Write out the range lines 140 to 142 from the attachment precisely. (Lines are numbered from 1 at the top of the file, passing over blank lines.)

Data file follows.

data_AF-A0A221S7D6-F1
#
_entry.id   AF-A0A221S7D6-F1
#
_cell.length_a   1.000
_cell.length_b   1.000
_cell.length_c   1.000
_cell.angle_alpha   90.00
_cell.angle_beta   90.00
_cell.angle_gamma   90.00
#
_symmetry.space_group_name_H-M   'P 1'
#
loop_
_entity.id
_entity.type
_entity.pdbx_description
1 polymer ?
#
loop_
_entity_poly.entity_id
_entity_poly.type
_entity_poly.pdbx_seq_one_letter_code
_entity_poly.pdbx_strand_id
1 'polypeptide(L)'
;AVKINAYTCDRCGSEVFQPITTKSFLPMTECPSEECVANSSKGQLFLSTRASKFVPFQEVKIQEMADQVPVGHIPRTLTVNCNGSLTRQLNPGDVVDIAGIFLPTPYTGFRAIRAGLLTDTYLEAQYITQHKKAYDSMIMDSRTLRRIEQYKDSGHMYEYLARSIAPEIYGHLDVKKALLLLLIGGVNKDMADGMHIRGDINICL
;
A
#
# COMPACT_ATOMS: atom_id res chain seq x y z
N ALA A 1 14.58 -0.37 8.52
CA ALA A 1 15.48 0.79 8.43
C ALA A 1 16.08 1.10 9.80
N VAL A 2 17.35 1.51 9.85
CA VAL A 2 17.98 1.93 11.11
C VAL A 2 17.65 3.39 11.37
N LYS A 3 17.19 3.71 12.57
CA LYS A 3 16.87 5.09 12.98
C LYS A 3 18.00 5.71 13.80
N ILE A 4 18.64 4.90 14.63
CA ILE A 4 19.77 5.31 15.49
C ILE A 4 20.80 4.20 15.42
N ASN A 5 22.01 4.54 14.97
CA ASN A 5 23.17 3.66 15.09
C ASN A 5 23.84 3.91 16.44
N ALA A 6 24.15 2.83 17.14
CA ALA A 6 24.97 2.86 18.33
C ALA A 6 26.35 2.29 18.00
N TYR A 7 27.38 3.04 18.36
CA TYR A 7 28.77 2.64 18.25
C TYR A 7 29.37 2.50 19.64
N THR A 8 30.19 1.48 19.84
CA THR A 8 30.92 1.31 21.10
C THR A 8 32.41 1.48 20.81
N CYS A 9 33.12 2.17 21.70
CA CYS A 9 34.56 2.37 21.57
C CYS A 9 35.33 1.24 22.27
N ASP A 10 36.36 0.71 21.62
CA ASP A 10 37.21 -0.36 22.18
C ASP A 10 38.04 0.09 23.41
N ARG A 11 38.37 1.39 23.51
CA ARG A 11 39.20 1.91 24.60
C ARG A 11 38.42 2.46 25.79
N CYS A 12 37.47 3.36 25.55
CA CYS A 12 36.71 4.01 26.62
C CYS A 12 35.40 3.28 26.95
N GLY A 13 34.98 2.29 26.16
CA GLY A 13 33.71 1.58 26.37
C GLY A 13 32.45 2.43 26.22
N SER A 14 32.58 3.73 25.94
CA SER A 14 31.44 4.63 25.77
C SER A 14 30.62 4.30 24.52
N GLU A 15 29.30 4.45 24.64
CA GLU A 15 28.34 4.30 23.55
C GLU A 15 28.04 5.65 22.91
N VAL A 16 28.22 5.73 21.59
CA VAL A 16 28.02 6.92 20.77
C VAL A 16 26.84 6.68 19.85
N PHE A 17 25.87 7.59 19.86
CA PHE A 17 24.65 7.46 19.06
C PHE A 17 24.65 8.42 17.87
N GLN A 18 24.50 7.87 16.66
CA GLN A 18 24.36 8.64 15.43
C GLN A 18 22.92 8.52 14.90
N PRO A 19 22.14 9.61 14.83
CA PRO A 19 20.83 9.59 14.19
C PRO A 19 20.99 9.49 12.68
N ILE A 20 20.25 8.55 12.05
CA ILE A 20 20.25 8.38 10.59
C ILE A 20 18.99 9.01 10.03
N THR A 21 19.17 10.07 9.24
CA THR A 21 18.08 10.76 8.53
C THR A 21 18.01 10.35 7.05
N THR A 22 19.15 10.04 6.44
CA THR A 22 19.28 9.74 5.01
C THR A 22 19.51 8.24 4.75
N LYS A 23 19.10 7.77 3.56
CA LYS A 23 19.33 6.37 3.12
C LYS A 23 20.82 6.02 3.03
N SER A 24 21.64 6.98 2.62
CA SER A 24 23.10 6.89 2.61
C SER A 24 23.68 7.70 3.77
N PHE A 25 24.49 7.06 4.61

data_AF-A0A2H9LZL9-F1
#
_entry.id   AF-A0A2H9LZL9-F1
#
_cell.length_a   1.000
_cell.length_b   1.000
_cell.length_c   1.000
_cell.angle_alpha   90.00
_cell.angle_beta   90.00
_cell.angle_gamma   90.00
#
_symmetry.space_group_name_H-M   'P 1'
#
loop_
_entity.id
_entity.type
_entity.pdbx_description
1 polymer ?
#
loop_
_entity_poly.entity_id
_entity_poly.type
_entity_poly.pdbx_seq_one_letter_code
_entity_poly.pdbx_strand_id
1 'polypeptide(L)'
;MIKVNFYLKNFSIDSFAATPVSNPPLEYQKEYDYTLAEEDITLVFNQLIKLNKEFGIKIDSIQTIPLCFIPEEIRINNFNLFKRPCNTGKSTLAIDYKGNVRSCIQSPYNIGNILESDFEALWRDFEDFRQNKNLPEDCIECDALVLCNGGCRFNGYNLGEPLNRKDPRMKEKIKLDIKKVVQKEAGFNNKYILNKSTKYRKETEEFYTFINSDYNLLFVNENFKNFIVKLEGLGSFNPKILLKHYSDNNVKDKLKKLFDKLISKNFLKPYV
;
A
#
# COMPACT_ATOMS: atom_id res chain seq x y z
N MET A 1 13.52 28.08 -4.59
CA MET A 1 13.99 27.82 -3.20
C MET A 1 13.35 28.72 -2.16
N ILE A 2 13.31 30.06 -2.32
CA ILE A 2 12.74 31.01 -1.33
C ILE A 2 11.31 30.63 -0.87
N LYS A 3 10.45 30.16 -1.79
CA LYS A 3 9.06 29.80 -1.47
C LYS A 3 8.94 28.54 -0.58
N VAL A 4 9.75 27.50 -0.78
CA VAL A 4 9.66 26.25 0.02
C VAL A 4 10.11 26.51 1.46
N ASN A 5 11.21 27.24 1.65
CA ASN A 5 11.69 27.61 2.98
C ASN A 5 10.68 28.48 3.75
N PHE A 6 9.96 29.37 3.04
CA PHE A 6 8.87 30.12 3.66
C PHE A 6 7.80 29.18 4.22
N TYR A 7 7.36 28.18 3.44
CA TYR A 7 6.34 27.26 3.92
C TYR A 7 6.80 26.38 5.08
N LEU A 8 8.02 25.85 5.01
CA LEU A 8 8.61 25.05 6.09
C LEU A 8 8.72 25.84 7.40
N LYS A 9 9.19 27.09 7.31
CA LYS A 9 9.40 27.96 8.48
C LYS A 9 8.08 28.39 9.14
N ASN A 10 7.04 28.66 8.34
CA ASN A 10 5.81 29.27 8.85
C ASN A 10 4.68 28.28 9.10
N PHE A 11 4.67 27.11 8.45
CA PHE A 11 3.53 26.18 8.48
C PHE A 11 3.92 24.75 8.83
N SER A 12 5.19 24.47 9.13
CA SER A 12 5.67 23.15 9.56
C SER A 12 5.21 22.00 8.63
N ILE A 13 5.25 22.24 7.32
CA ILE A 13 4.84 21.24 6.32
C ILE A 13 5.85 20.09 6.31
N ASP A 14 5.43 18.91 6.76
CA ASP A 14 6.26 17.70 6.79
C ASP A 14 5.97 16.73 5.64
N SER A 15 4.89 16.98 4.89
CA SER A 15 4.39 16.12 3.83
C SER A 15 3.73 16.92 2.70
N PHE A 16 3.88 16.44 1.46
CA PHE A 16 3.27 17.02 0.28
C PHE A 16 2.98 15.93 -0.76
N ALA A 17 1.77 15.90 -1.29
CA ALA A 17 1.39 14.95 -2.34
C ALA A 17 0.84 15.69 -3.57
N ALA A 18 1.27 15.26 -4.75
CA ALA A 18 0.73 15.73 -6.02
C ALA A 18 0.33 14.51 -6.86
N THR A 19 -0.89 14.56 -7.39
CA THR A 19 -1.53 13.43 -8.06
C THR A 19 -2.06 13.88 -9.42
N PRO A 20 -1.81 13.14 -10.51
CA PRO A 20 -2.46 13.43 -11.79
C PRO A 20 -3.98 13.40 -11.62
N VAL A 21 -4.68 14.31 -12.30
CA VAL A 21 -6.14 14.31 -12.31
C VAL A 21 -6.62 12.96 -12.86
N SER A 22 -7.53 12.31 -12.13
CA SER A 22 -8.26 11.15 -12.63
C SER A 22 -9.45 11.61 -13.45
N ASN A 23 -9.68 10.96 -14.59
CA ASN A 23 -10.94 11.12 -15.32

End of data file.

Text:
N LYS A 3 10.45 30.16 -1.79
CA LYS A 3 9.06 29.80 -1.47
C LYS A 3 8.94 28.54 -0.58